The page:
A tight labor market, high turnover, and increasing freight demands have converged to produce a shortage of delivery drivers—a deficit that is translating to higher costs at the same time as innovative competitors, large and small, are disrupting transportation practices. Additionally, private equity (PE) firms have begun investing in the transportation and logistics (T&L) industry at increasing rates, with T&L acquisitions jumping 44 percent between 2015 and 2017. The result is often that newly acquired companies are enabled to accelerate growth through innovation and investment—which can leave other companies struggling to keep pace. And as organizations look for ways to reduce delivery costs and boost driver productivity in this disruptive environment, they risk alienating the drivers on which they depend.
For transportation and delivery function leadership, frontline management, and engineers, increasing driver productivity does not have to conflict with efforts to attract and retain delivery drivers. In fact, a successful performance management program, bolstered by technology, data-driven modeling, and work measurement, effectively addresses both objectives when designed and executed correctly. We have seen such efforts boost productivity by as much as 30 percent.
Continued U.S. economic growth has had a positive effect on the labor market in many industries, adding new jobs at a record pace. For example, according to the Bureau of Labor Statistics, the manufacturing industry added 284,000 net-new jobs last year, its largest annual gain since 1997. While this kind of stability has obvious benefits, it creates some unique challenges for delivery operations.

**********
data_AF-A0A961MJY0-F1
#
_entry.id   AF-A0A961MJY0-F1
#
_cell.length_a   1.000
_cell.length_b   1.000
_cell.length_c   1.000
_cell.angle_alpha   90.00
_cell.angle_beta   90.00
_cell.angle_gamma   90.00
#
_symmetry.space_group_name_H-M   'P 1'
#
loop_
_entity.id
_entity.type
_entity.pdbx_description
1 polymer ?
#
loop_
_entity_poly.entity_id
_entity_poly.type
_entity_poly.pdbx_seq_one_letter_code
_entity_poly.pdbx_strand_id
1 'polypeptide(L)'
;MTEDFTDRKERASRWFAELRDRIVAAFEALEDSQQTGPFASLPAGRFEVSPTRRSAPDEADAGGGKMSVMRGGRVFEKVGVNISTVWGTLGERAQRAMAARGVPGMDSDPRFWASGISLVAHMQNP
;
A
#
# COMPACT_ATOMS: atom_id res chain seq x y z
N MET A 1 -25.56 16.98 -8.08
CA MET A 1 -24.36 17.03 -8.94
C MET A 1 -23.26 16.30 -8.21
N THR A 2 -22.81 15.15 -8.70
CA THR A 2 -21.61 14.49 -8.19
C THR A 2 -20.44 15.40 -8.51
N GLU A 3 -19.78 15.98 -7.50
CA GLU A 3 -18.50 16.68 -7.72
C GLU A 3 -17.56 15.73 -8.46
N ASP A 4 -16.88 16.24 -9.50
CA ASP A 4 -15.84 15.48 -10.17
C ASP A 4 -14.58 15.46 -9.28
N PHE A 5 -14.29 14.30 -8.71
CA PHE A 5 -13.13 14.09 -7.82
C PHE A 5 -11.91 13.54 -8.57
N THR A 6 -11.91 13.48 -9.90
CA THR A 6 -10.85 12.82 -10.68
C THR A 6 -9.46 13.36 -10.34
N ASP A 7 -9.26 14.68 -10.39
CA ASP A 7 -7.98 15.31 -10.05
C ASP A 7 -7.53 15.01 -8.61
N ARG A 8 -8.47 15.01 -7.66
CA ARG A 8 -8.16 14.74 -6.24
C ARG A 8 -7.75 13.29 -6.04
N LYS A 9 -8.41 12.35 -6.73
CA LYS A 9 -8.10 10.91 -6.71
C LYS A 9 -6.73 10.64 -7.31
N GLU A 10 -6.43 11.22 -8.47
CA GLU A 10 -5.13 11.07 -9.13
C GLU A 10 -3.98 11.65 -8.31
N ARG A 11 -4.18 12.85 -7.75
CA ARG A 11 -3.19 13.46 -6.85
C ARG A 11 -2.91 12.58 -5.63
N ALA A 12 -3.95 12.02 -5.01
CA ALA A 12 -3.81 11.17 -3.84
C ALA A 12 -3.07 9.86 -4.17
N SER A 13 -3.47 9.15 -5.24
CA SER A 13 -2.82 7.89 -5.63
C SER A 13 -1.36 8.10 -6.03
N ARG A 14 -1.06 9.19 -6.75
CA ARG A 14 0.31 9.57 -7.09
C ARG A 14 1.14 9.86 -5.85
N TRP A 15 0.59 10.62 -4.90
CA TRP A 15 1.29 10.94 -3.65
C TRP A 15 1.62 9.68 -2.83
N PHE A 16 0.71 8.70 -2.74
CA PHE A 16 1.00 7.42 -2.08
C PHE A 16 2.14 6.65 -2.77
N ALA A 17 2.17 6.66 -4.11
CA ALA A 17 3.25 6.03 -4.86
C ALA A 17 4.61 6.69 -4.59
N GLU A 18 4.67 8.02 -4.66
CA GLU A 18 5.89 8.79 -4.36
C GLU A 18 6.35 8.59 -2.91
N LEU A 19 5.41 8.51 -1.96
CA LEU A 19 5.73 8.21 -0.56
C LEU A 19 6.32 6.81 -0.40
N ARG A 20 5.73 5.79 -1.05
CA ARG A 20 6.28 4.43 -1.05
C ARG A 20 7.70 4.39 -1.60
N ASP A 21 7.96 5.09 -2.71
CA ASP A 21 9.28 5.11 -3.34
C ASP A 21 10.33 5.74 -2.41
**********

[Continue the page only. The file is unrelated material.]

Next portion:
First, it fuels strong consumer demand, which in turn drives an increased need for enhanced and expanded transportation and delivery capabilities. With behemoths like Amazon, Wal-Mart, and Target continuously disrupting practices for transporting and delivering goods, organizations must strive to increase agility while meeting customer expectations for even faster and cheaper delivery.
Second, low unemployment (in September 2018, the U.S. unemployment rate hit its lowest point in 47 years, at 3.7 percent) has a marked impact on the transportation workforce and, particularly, drivers. According to data from the American Trucking Associations, America’s shortage of truck drivers exceeded 50,000 at the end of 2017, an increase of nearly 15,000 from the previous year. With the unemployment rate remaining steady at 3.8 percent at the end of March 2019, it is fueling a rapid increase in driver compensation and, in turn, increased shipping/delivery costs. For example, DAT Solutions data (2018) revealed that it costs more than $1.85 per mile to ship a ‘dry good’ that doesn’t require refrigeration or special accommodation, an increase of nearly 40 percent in one year.
Addressing the dual—but potentially conflicting— objectives of driver retention and engagement and productivity or cost reduction requires a carefully designed performance management approach. Specifically, this entails four stages of activities that form a self-sustaining, closed-loop “cycle” which drives continuous improvement.
Performance expectations are a critical prerequisite that allow the workforce, supervisors, and managers to measure and achieve success.
While many distribution organizations have robust, engineered workforce solutions inside their walls, they are much further behind once the product is on its way to the customer. Delivery operations are complex. Traditional production metrics such as “cases per hour” and “time per stop” are appropriate expectations at a high level, but spreading them like peanut butter across unique operations, routes, and delivery stops is a major underlying cause for the problems that delivery organizations are now trying to solve. They foster a lack of faith in metrics, disengagement among drivers, poor delivery window adherence, and, ultimately, a risk to customer experience.